Thursday, January 15, 2009

#70: Grant Writer, Don't Research

EFF says Cory is a superhero and they mean it;...Image via WikipediaI really like this tip from Cory Doctorow, co-editor at BoingBoing, and a prolific writer. It further refines something I do when I finally settle down to write.

Locus Online Features: Cory Doctorow: Writing in the Age of Distraction: "Don't research
Researching isn't writing and vice-versa. When you come to a factual matter that you could google in a matter of seconds, don't. Don't give in and look up the length of the Brooklyn Bridge, the population of Rhode Island, or the distance to the Sun. That way lies distraction — an endless click-trance that will turn your 20 minutes of composing into a half-day's idyll through the web. Instead, do what journalists do: type 'TK' where your fact should go, as in 'The Brooklyn bridge, all TK feet of it, sailed into the air like a kite.' 'TK' appears in very few English words (the one I get tripped up on is 'Atkins') so a quick search through your document for 'TK' will tell you whether you have any fact-checking to do afterwards. And your editor and copyeditor will recognize it if you miss it and bring it to your attention."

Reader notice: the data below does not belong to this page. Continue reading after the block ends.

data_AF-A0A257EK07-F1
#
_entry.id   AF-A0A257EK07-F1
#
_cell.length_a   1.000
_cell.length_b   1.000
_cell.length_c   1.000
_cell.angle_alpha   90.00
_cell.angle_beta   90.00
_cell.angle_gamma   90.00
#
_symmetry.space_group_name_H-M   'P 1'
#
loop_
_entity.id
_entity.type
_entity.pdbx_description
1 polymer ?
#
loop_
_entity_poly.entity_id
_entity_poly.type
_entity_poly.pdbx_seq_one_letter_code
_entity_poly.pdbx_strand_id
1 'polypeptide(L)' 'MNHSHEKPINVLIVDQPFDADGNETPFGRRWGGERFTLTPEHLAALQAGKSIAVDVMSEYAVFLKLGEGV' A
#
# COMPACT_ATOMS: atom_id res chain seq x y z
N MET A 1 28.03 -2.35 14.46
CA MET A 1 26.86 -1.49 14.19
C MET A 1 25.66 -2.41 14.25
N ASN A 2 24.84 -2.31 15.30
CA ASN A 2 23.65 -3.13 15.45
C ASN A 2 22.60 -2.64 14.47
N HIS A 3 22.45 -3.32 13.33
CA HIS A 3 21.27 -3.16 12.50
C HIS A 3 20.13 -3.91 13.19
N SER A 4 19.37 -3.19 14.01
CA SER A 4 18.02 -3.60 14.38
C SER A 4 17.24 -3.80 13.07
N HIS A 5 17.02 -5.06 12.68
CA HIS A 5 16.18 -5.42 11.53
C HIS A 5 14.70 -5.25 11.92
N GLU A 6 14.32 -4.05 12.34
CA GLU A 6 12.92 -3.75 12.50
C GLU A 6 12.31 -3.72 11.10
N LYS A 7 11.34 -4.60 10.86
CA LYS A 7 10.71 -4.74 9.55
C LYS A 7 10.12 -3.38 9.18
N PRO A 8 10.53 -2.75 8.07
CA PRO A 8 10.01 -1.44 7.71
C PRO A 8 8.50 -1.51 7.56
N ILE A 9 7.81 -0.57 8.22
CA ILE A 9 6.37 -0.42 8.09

When I'm finally writing, all my research and data gathering behind me, I just write. FAST as I can. (No editing, either. Just write.) When I come to something I have to look up, even in my notes, I type a question mark or two and highlight.Then I keep writing.

The yellow highlighting makes the points that need attention later stand out, but the action of highlighting takes me away from the keyboard. I wonder if I can use TK and highlight all the TK's later with a "find and replace."

I'll try it out today. I just finished a big YouthBuild grant last night (I don't need to remind those of you working on it that today's the deadline!), so I'm cleaning up and playing today.

BTW, Corey's whole article is worth reading. I can't imagine writing without Word, though.
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Anonymous said...

Great idea! I must admit, I'm guilty, try as I might to not procrastinate. On the other hand, I wouldn't have found this post if I hadn't been "researching."

Ruth Wahtera said...

My challenge, Kevin, is calling a stop to the "researching." I can't even get myself to call it procrastination! I love learning more, more, more. I'll write a sentence and wonder about something it triggers that would be interesting to know. But I probably couldn't fit it into the application given the page limits. And the deadline is looming. So, I must, must set a deadline for myself and my client. The reaseach and background work ends here. Write, Ruth, write!

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